Unseen and unheard: bringing disabled people from Britain’s past into the history classroom

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Phillipa Vincent-Connolly shares four ways you can bring disability history into your History curriculum.

As teachers, we all have a duty of care to our vulnerable and SEN registered students. However, are we ignoring this duty when we fail to teach, and include the stories of disabled people on our history curricula? The Equality Act of 2010, is deeply founded in human rights, but does the history we teach represent the life experiences, and political and social struggles of disabled people of the past, and the recent past?

As a disabled teacher with cerebral palsy, a PhD researcher of disability history, trying to implement disability history into the curriculum, I would say, ‘no’. For context, I am a strong believer that we need disabled teachers in schools as role models, who should be trained as SENCos, as we have life experience, and training to deal with challenges, outside agencies, discrimination, physical disabilities, and learning difficulties, equipping us to be empathetic to those students who might be in our care.

How do we as History teachers show our students that being disabled is just another way of being human, and part of our society? As well as schools reflecting the diversity of our society – which at the moment, they do not – students should be able to engage with a curriculum that resonates and reflects their life experiences. We need to bring the voiceless, and underrepresented into our classrooms with confidence.

1. Build your subject knowledge

A starting point is research. There are some amazing historians researching disability history: some are researching Egyptian disability history, others are looking at the 1990s and the changing landscape of disability human rights. Connect with historians working in this field on social media to save valuable time in constructing histories of disability in Britain.

2. Link to topics you’re already covering

Link your themes to topics already studied on the National Curriculum, so that these histories ‘slot in’ to what is already being studied, rather than being a ‘bolt-on’.

Here are some examples:

  • Students studying the Tudors could look at William Somer, or Jane ‘Fool’, who were companions to Henry VIII, with learning difficulties, or students could even look at Henry VIII’s inventory, of his wheelchairs, walking sticks, and megaphone (life-line call system), and the stairlift he used at Whitehall Palace.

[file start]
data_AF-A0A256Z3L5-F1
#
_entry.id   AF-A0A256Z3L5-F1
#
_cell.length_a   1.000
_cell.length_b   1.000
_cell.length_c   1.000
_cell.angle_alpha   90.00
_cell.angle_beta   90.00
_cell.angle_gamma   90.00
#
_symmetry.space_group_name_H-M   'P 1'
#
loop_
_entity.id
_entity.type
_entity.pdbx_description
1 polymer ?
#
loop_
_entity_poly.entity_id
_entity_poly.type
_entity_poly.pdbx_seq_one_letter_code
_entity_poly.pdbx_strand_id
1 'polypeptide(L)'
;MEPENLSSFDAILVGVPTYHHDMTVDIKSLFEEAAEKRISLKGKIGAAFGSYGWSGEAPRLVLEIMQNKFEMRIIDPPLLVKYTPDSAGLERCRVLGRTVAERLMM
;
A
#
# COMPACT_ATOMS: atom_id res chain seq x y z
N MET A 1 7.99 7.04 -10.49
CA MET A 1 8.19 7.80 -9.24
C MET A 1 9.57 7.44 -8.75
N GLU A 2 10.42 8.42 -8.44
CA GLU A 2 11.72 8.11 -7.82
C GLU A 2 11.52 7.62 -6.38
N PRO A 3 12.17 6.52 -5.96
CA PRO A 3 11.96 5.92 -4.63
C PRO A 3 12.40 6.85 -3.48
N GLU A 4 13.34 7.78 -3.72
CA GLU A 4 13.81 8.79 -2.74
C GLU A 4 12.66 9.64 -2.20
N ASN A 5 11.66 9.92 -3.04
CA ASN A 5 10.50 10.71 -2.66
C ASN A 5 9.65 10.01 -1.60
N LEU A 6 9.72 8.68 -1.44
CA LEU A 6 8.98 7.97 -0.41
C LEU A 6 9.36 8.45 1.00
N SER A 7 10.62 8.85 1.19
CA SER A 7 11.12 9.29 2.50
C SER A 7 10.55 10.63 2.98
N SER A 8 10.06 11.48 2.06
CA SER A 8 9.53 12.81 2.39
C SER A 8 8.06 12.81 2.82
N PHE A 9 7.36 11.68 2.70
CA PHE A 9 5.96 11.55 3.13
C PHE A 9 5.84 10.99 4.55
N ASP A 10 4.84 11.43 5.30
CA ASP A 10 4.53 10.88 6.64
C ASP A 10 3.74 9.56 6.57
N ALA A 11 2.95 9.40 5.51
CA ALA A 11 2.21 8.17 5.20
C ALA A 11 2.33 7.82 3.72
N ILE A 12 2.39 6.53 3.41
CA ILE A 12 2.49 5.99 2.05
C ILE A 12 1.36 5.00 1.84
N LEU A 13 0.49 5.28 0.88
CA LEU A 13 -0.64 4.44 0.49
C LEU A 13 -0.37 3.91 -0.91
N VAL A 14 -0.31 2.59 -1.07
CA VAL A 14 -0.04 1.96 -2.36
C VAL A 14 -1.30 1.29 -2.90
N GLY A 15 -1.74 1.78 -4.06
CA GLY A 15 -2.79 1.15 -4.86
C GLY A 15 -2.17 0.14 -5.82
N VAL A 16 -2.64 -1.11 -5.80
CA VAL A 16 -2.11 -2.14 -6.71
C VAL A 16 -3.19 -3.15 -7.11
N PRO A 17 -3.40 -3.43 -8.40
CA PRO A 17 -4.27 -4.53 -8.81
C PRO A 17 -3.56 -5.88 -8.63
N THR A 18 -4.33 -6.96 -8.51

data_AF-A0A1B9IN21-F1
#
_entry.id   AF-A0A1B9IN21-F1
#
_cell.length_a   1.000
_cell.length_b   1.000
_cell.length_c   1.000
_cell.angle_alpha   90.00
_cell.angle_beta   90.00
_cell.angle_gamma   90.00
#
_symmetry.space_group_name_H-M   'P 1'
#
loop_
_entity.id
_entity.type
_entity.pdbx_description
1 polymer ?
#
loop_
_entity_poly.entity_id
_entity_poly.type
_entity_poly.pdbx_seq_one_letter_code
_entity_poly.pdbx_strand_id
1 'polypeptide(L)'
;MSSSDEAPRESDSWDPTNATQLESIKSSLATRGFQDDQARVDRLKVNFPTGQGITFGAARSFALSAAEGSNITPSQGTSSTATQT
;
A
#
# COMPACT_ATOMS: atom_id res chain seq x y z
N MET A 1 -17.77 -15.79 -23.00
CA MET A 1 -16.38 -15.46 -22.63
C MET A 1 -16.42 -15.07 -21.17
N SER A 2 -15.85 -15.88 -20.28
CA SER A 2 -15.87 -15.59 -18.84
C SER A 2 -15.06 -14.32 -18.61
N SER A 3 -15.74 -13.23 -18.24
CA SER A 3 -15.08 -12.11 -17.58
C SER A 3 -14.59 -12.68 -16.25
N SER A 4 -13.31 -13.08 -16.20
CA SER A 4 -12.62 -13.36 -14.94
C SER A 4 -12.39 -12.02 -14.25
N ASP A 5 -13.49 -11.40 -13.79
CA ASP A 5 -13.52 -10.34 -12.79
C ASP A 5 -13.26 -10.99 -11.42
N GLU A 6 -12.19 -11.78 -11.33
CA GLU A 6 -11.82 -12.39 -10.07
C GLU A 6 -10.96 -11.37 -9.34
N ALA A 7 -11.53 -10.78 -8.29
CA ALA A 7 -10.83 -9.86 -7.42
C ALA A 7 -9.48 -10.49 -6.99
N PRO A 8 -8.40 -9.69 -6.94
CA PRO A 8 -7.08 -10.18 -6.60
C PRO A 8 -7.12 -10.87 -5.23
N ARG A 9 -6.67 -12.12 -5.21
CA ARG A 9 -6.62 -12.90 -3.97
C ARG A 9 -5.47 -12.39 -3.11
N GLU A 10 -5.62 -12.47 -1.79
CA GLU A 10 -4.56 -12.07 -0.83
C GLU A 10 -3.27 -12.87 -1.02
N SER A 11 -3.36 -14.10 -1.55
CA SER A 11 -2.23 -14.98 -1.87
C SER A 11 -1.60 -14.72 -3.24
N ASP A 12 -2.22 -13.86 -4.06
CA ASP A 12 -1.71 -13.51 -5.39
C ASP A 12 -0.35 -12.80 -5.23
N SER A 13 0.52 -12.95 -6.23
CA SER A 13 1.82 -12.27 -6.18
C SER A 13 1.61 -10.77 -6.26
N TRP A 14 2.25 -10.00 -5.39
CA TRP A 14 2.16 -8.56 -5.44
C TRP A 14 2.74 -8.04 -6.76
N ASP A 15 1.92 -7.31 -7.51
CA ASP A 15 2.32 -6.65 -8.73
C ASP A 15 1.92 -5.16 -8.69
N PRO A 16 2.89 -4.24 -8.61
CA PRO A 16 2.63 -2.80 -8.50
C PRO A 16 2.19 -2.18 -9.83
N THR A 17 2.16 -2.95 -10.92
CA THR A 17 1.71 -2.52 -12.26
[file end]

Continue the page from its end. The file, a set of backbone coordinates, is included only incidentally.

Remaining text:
• Explore institutions, and how disabled people were placed in asylums, hospitals, or workhouses during the industrial revolution. You might also consider the life experience of Joseph Merrick, The Elephant Man, in the Victorian period.
  • Perhaps Kaiser Wilhelm II of Germany, with his disabled arm, could be used to explain why, before the outbreak of The Great War, he tried to compete in the naval race with other European countries, to prove his ability to rule.
  • Early twentieth century figures such as Rosa May Billingshurst, the disabled suffragette who was a wheelchair user, could be included in your lessons on women fighting for the right to vote.
  • You could bring lessons right up to date by looking at disabled peoples’ fight for their human rights with RADAR (now a part of Disability Rights UK), DPAC and others, to improve access to public spaces, to fight hate crime, and for overall equality for disabled people.

3. Connect with historians

Gain knowledge and connect with historians researching disability history, such as Dr Alexandra Morris, Dr Debby Sneed, Dr David Turner, Professor Suzannah Lipscomb, Simon Jarrett, Dr Rosamund Oates, myself, and others in the field, who will be only too delighted to share their expertise.

4. Draw on first-hand accounts to dispel ignorance

Teachers sometimes feel like novices in this area of study, and we need to be sensitive to the language used around and in disability history, as well as ableism, discrimination, and tropes. One way to discuss disability history is through its various models, such as cultural, medical, and social. Disability history is intersectional, and as such has the ability for these issues to be discussed across the curriculum in History, R.E., PSHE, and in diversity assemblies.

We need to present disabled people as role models in our society, so that SEN students can visualise themselves reflected in our communities. All students need to have explicit, positive role models with whom they can identify, and unless we are open to teaching disability history, our students can never be enriched in this way.

Phillipa Vincent-Connolly is an historian, writer, and published author of historical fiction and non-fiction. Her book, ‘Disability and the Tudors’, is the first book in a series on disabilities in specific eras and benefits from Phillipa’s own experience of living with Cerebral Palsy.

She achieved her degree in History and Humanities in 2011 and her PGCE, QTS, in 2014, and NQT 2019, in teaching (Secondary), and her MA in 2020. She is currently working towards her PhD at Manchester Metropolitan University specialising in Tudor disability history.